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Veterans Affairs and HUD Join With Jon Bon Jovi To Launch Developer Challenge To Help Homeless Vets

BY Sarah Lai Stirland | Monday, March 19 2012

The departments of Veterans Affairs and Housing and Urban Development on Monday unveiled a new federal app challenge that is designed to help homeless veterans quickly find shelter and other vital resources in a pinch. Read More

Craig Newmark Campaigns for Military Families

BY Nick Judd | Tuesday, June 28 2011

Today, Craig Newmark of craigslist announced in a blog post that he will be using his new craigconnects initiative to bolster the work of folks who are supporting veterans and military families. Announced in March, ... Read More

VA Hopes a Blogger's Voice Will Create Change

BY Nick Judd | Tuesday, May 10 2011

The Washington Post's Lisa Rein profiles Alex Horton, a military blogger critical of the Department of Veteran's Affairs who has been hired to continue blogging about the VA, from the inside: The agency hopes to use the ... Read More

How Well is the U.S. Networking Vets?

BY Nancy Scola | Tuesday, March 22 2011

Fascinating debate over what it really means to connect with military veterans happening in the comments of VAntage Point, the Department of Veterans Affairs blog, sparked by IAVA's Paul Reickhoff criticizing the VA for ... Read More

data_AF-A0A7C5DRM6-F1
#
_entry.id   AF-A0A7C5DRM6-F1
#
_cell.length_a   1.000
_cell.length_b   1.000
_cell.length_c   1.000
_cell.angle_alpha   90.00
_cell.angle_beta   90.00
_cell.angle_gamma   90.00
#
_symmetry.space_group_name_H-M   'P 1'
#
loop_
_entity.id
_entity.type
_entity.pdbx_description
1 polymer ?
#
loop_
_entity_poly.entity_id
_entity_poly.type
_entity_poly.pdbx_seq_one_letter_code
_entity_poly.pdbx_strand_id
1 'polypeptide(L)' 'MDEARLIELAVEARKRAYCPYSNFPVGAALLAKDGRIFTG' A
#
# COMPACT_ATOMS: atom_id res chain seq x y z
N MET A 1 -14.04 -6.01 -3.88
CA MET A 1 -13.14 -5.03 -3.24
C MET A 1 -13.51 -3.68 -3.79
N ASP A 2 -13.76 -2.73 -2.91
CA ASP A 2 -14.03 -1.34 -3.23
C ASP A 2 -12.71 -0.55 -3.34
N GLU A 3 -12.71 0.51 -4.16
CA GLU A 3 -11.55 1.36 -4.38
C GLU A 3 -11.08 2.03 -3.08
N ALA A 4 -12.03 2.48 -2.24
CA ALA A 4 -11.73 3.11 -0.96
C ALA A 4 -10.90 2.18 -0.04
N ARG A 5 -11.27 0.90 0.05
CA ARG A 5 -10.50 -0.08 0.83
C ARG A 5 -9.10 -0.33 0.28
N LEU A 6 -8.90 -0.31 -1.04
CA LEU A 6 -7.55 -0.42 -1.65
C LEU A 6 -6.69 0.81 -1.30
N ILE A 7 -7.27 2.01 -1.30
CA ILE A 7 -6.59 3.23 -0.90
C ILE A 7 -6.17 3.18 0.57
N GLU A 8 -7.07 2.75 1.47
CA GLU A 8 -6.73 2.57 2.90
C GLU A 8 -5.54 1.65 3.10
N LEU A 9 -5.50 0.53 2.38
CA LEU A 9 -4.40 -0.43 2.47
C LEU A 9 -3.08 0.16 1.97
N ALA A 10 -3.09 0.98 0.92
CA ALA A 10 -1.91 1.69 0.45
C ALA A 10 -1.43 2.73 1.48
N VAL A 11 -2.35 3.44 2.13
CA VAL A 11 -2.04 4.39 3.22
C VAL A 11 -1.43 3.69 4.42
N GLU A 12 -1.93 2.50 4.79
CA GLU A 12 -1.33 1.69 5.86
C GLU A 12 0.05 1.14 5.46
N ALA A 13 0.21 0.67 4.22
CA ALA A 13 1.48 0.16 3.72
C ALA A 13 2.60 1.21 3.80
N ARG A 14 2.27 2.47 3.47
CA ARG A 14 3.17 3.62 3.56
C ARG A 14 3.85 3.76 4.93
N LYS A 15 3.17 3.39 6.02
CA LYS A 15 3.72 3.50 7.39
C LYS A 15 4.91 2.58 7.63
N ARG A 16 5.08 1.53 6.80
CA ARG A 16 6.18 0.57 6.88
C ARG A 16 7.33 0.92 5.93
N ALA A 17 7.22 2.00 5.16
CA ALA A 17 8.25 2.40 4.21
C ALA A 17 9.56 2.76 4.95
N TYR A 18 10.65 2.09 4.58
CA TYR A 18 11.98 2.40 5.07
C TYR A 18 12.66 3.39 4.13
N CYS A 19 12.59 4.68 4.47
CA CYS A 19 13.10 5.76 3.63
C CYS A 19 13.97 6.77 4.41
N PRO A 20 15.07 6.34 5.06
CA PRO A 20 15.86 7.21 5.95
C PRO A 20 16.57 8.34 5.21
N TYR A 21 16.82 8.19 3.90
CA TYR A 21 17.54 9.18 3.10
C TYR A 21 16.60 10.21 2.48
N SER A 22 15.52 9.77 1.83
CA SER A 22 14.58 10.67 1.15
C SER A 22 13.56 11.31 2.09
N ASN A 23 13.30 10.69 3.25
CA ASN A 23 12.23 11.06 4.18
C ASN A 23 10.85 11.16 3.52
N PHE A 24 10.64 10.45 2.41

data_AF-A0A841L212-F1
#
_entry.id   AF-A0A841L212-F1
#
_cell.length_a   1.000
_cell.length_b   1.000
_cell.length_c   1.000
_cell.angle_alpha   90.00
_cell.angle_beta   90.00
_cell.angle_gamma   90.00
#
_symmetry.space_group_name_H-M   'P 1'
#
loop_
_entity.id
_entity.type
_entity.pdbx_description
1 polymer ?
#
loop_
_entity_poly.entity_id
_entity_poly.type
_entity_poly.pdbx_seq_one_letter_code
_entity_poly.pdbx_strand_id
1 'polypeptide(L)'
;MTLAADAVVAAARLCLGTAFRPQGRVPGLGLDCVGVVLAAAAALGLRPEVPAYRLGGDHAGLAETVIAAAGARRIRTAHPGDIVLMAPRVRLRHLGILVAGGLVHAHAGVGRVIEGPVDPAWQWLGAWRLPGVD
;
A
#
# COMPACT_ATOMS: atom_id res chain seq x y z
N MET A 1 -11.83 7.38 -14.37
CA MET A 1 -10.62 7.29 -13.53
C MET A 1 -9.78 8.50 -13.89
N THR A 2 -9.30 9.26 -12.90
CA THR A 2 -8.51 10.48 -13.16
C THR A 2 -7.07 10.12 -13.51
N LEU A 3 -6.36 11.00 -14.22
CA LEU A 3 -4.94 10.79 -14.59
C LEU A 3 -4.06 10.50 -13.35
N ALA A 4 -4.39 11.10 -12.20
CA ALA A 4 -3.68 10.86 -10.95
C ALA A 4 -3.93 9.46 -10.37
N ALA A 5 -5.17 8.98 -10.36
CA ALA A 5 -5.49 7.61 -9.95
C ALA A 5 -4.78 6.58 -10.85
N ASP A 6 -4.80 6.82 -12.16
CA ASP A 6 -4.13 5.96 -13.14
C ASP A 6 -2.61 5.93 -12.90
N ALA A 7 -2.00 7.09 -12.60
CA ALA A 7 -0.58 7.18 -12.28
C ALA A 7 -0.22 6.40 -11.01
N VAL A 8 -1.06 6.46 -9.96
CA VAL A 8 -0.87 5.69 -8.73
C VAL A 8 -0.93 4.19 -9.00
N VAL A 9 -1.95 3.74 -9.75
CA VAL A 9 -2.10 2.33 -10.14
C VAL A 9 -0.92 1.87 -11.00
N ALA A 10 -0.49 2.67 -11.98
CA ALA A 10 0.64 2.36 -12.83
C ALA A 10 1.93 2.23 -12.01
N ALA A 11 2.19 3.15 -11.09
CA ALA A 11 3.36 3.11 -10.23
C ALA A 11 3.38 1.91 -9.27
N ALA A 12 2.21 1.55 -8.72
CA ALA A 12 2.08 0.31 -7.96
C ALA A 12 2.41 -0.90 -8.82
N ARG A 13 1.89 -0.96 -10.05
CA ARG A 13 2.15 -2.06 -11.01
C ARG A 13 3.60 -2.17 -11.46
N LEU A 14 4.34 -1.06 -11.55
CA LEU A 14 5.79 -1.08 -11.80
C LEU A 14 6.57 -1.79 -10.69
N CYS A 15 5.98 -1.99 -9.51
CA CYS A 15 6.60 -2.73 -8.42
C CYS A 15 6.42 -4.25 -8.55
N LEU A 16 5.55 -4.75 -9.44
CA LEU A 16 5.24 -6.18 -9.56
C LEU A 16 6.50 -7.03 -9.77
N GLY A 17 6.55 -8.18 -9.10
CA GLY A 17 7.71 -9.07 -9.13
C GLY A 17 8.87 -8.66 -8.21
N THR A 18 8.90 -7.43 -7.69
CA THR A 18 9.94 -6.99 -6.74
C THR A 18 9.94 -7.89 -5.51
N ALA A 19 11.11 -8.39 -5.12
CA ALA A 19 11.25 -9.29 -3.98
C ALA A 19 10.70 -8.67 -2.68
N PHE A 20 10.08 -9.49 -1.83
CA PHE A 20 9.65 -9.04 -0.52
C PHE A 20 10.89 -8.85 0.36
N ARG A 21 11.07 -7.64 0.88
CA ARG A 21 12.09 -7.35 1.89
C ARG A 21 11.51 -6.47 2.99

Tech's Networking Vets Back Together Again. And Not Just the Young Ones.

BY Nancy Scola | Thursday, November 11 2010

Where military veterans live in the United States, with increasing greenness indicating increase in the percentage of veterans as compared to the population as a whole. Image source: The U.S. Census Bureau. Read More

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New Media Sites in Iran Blur Lines Between Citizen Journo, Professional Journo, & Activist

In 2010, Newsweek declared Iran the “birthplace of citizen journalism.” Iranian bloggers were hailed by Westerners as “brave” for their coverage of the aftermath of the disputed 2009 election. A 40-second video of the death of Neda Agha-Soltan during an anti-government protest won a prestigious George Polk Award, the first anonymously-produced work to be so honored. And then came the 2013 study “Whither Blogestan,” which sought to explain Iran's shrinking blogosphere. Of nearly 25,000 highly active and connected blogs in 2008 and 2009, only 20 percent were still online in September 2013.

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